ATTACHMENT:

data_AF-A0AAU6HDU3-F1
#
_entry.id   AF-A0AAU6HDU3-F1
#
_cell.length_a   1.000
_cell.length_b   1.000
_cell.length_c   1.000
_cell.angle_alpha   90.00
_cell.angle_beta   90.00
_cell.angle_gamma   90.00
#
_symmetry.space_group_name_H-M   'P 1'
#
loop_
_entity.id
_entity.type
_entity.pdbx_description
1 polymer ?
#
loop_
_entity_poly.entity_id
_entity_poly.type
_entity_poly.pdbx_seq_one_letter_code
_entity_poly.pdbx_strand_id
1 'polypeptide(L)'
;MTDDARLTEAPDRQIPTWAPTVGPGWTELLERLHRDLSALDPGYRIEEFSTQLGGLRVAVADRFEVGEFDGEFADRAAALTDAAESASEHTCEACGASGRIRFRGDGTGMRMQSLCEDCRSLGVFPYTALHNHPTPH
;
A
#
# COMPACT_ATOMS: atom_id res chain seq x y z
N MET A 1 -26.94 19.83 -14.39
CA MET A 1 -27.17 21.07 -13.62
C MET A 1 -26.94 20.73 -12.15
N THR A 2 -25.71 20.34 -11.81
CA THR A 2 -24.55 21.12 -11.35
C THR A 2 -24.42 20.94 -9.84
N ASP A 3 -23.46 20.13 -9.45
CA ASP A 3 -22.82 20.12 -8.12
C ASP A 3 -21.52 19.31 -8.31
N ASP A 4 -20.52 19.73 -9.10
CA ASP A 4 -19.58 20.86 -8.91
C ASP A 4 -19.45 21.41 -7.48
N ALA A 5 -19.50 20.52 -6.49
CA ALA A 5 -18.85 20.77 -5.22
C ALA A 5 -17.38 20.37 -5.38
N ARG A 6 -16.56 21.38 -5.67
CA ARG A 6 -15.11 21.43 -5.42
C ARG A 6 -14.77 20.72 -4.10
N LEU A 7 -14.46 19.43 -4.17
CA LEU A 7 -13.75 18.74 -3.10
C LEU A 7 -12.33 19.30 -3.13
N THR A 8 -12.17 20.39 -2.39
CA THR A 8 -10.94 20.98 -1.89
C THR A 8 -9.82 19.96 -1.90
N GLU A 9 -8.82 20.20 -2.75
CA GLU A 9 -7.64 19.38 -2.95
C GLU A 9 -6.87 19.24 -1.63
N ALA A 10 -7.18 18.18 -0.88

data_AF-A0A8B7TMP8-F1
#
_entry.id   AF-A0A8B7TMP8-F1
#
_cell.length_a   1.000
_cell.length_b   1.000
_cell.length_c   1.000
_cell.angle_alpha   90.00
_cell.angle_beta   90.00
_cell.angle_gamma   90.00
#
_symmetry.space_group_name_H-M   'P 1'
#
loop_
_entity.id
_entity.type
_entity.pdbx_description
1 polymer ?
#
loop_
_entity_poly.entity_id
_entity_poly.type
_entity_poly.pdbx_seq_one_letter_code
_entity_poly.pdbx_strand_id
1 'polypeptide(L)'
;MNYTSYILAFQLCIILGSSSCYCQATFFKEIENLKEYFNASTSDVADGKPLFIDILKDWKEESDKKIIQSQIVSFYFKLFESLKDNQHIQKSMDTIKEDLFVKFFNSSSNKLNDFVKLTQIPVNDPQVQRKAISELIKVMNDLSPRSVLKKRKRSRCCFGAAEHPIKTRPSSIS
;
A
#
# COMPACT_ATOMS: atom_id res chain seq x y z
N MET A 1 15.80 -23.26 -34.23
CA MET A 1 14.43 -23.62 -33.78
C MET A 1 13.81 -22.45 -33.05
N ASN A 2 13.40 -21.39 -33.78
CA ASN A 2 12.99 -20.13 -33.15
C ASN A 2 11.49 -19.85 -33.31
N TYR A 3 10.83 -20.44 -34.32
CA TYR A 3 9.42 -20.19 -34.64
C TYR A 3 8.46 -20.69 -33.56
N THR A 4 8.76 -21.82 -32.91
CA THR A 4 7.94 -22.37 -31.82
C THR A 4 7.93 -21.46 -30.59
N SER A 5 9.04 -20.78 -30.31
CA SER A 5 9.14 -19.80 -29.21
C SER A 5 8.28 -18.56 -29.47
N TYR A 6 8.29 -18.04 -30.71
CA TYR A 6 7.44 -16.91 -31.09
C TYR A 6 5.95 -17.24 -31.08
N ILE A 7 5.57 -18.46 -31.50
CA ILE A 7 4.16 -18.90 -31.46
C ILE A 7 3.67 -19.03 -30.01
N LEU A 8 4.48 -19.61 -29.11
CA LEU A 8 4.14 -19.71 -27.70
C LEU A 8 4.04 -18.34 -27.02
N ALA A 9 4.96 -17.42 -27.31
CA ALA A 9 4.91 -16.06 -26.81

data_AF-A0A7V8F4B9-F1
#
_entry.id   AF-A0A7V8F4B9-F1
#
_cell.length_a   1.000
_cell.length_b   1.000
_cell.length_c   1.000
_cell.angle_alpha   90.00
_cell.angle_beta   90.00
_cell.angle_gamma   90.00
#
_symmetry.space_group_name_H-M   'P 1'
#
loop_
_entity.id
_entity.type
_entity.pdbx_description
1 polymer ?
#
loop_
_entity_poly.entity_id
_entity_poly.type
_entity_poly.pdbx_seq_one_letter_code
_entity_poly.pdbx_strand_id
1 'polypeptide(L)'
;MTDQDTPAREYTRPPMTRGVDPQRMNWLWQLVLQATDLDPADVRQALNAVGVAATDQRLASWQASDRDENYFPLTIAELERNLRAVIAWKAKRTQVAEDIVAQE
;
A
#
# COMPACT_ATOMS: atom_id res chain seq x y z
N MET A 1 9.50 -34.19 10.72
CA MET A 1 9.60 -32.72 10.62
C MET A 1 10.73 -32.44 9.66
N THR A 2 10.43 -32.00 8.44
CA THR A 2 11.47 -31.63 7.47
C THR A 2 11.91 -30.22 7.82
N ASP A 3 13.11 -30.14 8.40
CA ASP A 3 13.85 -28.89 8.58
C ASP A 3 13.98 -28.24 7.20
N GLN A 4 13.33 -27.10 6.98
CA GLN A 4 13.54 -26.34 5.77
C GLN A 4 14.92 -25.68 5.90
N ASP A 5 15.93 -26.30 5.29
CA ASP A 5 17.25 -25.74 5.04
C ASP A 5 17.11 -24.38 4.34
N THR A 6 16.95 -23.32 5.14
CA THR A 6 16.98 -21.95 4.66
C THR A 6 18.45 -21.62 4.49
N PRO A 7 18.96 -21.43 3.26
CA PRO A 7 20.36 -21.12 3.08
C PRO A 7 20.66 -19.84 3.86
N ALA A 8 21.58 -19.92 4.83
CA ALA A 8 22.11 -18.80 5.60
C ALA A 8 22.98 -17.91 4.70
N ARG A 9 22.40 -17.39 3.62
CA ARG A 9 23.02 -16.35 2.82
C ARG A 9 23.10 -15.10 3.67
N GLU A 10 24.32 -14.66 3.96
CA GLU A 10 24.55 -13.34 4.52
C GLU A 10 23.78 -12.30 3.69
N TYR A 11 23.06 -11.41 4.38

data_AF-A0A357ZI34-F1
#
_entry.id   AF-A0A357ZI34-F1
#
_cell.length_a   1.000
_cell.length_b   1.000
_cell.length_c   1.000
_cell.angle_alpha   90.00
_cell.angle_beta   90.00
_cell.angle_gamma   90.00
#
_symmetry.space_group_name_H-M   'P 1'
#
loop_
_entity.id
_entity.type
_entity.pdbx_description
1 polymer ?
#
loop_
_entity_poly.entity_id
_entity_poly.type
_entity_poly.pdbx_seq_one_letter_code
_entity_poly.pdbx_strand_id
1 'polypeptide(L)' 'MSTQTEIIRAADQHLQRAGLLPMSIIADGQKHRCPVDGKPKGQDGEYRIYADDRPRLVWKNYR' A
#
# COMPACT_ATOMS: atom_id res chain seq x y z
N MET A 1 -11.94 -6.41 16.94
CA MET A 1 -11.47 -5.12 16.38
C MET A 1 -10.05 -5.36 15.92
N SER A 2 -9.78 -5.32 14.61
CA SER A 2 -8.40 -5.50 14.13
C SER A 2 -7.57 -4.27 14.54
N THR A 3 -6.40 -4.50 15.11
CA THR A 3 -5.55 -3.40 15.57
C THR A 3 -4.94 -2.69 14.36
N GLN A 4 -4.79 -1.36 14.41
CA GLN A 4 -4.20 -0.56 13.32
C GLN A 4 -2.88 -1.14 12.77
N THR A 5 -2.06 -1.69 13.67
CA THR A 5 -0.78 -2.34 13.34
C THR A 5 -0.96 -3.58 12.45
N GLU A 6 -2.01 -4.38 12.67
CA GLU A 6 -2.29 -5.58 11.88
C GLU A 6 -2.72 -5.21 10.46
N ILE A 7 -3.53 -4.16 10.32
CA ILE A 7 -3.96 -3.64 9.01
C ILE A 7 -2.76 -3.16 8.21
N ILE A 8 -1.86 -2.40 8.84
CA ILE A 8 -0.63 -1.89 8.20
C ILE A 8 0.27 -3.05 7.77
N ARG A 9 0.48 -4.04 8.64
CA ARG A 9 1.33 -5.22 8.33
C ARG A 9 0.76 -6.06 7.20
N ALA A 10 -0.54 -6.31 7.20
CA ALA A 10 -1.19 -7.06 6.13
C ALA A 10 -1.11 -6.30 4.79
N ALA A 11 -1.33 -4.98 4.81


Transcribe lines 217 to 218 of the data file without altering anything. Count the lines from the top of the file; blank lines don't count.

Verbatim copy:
C THR A 5 -0.96 -3.58 12.45
N GLU A 6 -2.01 -4.38 12.67